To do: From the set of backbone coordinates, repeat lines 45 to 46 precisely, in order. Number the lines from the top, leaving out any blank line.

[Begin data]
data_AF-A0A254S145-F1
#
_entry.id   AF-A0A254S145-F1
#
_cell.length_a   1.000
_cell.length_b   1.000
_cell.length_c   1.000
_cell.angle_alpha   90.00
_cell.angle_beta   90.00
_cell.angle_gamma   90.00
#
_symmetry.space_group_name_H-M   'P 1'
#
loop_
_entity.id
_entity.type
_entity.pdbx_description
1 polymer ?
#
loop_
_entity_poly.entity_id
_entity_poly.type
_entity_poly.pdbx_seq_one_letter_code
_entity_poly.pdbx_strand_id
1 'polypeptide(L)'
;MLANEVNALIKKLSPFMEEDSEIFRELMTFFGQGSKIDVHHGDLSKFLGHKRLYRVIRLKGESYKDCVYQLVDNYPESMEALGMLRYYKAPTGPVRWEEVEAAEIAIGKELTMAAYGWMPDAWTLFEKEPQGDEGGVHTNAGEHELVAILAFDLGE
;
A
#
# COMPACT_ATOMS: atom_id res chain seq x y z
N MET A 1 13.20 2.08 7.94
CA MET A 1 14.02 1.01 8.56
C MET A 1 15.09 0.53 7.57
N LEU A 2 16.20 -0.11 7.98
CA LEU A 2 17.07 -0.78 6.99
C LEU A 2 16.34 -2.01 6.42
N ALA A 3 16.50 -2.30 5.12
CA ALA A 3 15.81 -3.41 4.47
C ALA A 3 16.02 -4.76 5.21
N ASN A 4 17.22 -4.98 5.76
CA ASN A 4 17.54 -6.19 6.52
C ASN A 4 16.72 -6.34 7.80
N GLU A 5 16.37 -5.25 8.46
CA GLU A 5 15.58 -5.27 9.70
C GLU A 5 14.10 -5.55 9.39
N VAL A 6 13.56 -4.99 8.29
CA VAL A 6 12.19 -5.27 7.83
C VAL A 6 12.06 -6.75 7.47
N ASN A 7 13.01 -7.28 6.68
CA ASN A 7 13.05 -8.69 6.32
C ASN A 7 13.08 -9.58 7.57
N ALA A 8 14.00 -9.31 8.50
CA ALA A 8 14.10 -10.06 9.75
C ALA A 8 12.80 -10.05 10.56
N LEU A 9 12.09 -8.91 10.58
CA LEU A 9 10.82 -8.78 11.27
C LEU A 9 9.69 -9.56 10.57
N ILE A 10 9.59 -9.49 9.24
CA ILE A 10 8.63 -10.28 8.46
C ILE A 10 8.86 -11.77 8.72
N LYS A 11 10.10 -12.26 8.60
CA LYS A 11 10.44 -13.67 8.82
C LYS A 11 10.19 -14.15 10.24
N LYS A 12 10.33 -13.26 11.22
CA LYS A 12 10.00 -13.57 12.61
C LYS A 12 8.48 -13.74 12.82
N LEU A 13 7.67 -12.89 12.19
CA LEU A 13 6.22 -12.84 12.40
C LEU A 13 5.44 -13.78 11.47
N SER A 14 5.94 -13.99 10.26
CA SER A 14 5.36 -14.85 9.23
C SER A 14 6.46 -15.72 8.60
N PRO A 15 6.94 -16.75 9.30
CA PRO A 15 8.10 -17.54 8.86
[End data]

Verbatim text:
C GLU A 5 14.10 -5.55 9.39
N VAL A 6 13.56 -4.99 8.29